Watch out for 'retail scalpers' on eBay

Updated: 

Luca Bruno / AP

If you follow fashion you'll be familiar with the sell-out success last month of designer brand Missoni's line for budget US retailer Target.

Yet within moments of selling out, thousands of the designer's distinctive products were up for sale elsewhere at hugely inflated prices in a burgeoning practice known as 'retail scalping.'


Retail scalping is basically where individuals and businesses bulk-buy limited edition products with the sole intention of selling them at profit elsewhere.

Following 'Missoni mayhem' last month, where the prospect of bagging the designer brand at discount prices caused the retailer's site to crash and many stores to sell out within two hours, the limited edition products started popping up all over the internet at prices far higher than those charged at Target.

Buying frenzy
Bicycles from the collection, originally on sale for $500, were on sale on eBay for $1,500, while on Craigslist - where one of the fashionable bikes sold for the same inflated price - CNNmoney.com reported that a $39.99 blanket sold for almost $200.

The 'must have' hysteria of this practice hugely drives up prices of the discount collections, meaning consumers end up paying almost as much, or in some cases even more, than a brand's full price collections. Scalpers fuel the frenzy by targeting covetable items that are not only an immediately recognisable brand - such as Missoni's iconic zig-zags - but have limited availability.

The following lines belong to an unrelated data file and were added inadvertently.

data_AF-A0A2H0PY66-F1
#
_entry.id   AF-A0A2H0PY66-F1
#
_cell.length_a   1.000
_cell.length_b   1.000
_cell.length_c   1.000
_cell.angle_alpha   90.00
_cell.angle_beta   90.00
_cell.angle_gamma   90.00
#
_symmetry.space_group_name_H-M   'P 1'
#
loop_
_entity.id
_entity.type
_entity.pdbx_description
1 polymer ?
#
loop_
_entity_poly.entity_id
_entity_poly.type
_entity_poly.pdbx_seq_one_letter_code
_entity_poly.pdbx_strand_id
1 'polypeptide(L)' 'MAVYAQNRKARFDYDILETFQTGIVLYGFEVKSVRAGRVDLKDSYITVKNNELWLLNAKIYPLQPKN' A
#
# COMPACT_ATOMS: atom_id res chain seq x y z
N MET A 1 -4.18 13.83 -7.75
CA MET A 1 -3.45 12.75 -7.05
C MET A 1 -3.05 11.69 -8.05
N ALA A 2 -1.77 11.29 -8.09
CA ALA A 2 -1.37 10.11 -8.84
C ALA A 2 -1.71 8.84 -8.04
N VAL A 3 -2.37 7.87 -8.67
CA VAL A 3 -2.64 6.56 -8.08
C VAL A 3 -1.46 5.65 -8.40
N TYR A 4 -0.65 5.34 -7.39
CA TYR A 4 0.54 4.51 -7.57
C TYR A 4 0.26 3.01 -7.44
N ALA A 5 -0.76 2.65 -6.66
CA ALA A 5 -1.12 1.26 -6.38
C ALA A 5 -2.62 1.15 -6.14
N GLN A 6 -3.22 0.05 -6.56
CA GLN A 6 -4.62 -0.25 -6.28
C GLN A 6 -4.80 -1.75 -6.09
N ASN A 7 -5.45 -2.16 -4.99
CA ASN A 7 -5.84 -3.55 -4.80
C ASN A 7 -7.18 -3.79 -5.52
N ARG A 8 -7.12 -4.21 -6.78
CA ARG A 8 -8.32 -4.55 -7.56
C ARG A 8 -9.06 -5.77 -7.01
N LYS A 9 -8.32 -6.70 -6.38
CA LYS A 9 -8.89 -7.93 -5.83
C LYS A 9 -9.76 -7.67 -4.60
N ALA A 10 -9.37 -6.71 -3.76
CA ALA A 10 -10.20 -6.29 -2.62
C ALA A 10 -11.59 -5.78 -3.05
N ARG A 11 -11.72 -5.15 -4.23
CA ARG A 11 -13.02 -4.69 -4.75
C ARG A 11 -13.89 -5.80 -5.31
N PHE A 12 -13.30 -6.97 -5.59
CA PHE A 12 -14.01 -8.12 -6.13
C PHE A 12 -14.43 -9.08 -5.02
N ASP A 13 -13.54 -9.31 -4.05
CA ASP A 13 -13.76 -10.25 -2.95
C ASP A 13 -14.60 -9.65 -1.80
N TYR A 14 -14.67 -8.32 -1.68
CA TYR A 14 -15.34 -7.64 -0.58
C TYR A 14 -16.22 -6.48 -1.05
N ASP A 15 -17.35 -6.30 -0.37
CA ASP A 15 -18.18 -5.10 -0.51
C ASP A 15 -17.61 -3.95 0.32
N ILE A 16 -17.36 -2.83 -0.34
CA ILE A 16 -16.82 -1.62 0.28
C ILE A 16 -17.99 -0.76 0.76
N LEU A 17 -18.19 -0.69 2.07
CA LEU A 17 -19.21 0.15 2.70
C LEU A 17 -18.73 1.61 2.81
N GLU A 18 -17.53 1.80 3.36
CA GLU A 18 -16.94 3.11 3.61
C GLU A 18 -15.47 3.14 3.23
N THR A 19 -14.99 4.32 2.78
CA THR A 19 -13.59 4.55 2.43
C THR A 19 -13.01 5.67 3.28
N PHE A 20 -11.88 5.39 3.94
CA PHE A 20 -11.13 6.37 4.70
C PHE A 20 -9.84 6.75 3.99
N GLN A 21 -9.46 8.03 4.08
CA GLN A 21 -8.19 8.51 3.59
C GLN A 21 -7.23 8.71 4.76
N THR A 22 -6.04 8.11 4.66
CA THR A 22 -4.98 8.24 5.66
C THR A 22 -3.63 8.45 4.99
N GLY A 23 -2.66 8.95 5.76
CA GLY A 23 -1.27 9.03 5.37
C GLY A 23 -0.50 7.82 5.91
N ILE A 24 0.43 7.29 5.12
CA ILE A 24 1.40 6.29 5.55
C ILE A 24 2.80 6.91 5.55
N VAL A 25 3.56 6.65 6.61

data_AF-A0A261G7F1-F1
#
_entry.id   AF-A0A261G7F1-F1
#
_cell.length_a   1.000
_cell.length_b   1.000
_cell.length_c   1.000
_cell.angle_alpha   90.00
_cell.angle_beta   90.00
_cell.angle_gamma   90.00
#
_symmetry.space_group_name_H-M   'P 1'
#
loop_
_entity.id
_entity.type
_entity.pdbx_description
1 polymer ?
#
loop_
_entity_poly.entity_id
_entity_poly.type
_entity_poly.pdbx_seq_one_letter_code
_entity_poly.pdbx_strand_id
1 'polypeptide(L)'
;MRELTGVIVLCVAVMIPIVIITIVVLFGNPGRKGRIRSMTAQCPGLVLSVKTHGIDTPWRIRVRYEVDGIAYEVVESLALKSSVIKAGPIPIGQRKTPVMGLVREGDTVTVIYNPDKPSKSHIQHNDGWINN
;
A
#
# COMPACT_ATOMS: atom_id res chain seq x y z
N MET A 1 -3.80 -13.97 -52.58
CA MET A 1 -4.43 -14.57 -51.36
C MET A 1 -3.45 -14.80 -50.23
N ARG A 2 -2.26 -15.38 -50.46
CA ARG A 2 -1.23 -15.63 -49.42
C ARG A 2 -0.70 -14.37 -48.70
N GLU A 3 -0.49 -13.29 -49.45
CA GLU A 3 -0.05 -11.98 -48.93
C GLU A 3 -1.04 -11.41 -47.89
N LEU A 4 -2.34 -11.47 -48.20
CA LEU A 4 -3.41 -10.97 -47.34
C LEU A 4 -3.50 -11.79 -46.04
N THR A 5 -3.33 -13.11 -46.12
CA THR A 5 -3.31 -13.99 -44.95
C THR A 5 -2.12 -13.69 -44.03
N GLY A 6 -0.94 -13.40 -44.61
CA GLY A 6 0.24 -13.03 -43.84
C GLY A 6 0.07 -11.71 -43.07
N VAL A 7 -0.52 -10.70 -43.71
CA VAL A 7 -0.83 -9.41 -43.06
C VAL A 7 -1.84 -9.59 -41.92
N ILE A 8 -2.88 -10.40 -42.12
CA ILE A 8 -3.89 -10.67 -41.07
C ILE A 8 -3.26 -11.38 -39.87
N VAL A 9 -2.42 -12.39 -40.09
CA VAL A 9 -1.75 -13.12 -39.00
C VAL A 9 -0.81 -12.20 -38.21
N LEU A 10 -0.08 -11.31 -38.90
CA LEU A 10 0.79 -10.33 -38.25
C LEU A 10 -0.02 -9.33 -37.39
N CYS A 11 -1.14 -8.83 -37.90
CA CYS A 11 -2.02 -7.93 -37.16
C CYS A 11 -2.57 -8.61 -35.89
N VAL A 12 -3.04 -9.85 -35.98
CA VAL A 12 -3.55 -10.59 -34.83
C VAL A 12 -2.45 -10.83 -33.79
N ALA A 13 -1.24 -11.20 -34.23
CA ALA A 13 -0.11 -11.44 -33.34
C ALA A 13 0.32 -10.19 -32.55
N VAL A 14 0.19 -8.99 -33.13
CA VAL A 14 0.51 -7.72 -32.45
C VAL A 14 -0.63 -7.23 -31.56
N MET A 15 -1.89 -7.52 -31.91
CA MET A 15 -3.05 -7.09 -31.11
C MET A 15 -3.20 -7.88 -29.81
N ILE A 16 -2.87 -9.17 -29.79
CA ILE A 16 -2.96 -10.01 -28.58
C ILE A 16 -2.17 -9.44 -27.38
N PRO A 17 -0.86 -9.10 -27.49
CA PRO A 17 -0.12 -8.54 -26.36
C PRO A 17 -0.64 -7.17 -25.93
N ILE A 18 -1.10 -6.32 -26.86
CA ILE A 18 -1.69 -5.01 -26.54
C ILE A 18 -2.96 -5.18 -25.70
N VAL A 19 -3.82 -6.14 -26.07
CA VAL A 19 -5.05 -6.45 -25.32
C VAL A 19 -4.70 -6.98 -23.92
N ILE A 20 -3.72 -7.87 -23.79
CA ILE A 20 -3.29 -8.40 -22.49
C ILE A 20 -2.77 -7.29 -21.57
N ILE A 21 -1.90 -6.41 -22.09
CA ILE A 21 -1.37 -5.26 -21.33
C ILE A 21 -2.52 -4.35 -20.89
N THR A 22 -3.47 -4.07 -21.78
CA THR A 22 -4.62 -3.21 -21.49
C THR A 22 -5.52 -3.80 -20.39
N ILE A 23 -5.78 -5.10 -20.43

The Daily Mail reports that while some stores cap sales to only one or two per customer - Alexa Chung for Madewell collection, and high-end department store, Saks Fifth Avenue, for example - others are not so strict, fuelling the international scalping trade.

Supply and demand
Speaking about the Missoni debacle, Joshua Thomas, Target spokesman, told the paper: "Is it something we're pleased with? No... We encourage consumers to be cautious because we can't validate the authenticity... or guarantee the consumer is getting the best value."

Miriam Lahage, Global Head of Fashion Brand, eBay, told MailOnline that prices do tend to calm down after initial hype: "This is typical for highly anticipated designer collaborations with limited supply or perceived scarcity where we see initial global demand at prices higher than retail.

"Prices normalize over time as supply ramps up to meet demand, but eBay is often the only destination to purchase the products immediately," she said.

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